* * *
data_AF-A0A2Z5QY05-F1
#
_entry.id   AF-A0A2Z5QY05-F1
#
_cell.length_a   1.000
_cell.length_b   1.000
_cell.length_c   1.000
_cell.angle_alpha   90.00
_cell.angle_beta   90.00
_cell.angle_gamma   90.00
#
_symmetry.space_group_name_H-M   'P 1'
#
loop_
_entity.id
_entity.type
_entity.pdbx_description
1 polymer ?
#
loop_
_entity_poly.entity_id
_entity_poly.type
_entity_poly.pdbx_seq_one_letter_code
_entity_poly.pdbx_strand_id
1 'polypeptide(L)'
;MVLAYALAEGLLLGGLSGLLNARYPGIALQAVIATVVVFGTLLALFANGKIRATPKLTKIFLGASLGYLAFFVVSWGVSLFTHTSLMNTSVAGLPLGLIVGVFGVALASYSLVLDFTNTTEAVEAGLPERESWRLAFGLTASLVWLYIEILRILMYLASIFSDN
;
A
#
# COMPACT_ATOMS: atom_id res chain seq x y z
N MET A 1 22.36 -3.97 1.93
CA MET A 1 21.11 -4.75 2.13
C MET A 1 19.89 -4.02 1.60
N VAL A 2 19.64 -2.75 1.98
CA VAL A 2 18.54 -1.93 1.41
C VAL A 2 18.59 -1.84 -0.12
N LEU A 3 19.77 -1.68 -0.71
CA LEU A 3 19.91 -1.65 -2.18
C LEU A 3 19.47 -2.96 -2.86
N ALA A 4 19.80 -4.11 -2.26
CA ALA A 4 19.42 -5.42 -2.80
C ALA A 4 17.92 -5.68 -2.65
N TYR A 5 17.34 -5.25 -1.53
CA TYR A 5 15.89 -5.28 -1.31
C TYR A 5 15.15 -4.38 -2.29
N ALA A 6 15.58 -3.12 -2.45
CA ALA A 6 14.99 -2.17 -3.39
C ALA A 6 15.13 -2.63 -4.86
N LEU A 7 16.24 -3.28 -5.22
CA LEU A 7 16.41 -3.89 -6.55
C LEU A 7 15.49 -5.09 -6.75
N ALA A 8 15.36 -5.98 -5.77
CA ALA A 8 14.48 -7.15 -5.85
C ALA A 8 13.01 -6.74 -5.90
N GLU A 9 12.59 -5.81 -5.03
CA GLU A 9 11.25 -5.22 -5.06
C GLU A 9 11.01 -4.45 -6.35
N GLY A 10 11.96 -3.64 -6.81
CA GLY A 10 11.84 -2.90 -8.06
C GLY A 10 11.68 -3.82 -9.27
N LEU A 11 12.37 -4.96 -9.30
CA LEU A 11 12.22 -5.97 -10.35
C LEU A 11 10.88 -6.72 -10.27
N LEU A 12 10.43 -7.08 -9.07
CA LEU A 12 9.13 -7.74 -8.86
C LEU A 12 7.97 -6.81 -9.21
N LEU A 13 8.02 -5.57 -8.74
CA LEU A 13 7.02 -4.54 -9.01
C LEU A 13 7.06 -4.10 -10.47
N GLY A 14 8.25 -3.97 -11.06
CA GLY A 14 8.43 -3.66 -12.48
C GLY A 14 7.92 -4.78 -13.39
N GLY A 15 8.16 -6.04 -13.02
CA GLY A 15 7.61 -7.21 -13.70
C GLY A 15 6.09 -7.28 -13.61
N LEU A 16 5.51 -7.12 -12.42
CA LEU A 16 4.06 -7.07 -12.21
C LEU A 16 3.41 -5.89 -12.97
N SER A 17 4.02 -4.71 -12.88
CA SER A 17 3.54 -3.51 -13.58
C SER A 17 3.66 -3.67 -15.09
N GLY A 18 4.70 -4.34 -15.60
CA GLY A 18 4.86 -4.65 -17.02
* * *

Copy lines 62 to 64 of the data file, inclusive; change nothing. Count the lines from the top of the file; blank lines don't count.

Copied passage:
CA LEU A 11 12.22 -5.97 -10.35
C LEU A 11 10.88 -6.72 -10.27
N LEU A 12 10.43 -7.08 -9.07